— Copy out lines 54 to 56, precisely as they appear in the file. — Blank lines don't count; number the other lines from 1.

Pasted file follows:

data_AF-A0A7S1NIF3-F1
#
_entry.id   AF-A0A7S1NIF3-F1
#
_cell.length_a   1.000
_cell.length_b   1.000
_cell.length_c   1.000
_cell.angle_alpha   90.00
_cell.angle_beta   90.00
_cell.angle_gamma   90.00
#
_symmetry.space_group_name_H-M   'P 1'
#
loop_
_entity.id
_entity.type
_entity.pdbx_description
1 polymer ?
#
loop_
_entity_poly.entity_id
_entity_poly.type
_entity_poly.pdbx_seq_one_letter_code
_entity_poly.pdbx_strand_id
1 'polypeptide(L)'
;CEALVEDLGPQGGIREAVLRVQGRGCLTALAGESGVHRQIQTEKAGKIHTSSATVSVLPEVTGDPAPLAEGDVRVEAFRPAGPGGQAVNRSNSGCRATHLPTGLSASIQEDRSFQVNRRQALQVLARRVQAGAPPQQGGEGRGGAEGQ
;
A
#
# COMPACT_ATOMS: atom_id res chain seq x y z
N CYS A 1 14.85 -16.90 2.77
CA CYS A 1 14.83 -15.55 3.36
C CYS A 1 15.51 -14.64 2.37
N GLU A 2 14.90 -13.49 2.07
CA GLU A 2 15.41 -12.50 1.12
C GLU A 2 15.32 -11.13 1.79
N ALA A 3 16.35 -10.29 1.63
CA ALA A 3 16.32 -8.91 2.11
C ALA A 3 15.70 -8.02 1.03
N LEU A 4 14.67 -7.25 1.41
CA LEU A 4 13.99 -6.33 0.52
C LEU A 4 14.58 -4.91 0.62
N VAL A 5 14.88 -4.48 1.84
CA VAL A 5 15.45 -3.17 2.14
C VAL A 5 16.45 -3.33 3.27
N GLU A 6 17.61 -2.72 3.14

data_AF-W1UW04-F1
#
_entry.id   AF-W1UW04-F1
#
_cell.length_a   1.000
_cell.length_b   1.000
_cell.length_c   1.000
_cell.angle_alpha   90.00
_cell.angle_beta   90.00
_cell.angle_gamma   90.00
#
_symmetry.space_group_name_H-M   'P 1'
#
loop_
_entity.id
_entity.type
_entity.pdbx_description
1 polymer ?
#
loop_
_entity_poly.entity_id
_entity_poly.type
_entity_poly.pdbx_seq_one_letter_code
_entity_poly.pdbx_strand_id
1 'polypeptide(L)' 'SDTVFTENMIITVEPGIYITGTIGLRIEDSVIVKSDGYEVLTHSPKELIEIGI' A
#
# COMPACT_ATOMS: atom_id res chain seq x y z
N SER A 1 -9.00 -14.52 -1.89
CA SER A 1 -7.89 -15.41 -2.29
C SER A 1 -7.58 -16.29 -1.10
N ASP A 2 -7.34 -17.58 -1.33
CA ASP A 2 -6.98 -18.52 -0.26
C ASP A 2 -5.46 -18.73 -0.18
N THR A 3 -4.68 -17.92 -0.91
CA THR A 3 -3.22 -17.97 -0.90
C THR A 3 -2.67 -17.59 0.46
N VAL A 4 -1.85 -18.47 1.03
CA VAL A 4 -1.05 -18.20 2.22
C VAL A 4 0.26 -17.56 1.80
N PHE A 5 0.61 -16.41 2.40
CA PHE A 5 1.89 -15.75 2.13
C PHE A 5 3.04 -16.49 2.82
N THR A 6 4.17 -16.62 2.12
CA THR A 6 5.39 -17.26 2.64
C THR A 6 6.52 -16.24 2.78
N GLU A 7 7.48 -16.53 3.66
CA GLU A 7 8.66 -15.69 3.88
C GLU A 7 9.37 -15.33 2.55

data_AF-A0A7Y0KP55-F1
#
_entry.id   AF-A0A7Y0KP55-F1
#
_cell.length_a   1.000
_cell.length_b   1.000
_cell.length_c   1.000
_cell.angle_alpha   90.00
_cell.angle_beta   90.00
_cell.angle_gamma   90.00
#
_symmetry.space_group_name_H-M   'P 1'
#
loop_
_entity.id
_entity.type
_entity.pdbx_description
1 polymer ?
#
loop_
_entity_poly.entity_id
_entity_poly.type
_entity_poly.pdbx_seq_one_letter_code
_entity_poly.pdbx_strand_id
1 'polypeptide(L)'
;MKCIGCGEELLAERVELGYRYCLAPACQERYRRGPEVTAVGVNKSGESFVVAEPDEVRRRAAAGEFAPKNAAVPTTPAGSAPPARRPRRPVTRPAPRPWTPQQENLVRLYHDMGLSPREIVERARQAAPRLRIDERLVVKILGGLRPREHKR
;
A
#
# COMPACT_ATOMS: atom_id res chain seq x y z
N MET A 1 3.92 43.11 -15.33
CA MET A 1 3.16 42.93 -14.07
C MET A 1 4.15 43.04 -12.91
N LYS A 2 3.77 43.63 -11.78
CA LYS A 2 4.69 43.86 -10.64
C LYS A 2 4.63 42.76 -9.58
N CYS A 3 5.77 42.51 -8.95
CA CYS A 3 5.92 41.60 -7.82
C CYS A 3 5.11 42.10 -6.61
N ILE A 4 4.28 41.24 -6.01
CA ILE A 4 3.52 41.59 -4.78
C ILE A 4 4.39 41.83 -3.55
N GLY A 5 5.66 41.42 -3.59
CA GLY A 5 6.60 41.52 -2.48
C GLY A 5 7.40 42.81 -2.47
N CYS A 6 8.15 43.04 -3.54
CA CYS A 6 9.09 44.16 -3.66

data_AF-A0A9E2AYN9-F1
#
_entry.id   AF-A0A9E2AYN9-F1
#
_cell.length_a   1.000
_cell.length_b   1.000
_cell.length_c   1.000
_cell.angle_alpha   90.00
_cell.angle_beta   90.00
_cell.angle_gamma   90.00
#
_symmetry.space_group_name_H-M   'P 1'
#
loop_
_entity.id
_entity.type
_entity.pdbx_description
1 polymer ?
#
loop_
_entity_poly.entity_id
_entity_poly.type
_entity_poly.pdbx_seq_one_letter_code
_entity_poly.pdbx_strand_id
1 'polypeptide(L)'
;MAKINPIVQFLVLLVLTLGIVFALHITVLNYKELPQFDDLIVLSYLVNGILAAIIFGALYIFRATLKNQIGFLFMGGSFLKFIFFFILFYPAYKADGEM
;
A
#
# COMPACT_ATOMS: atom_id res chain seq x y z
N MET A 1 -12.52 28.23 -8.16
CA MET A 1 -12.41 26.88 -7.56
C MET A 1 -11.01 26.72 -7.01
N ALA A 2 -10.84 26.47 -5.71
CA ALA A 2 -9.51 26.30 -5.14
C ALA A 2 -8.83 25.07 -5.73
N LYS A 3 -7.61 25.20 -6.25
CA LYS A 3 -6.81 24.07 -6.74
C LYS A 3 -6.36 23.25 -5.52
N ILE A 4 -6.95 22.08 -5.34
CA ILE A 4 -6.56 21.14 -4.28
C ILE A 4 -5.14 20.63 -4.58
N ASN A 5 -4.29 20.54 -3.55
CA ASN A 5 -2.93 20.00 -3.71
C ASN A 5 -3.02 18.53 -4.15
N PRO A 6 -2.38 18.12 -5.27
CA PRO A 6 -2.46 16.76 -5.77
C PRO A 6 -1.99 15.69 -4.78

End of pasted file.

_cell.angle_alpha   90.00
_cell.angle_beta   90.00
_cell.angle_gamma   90.00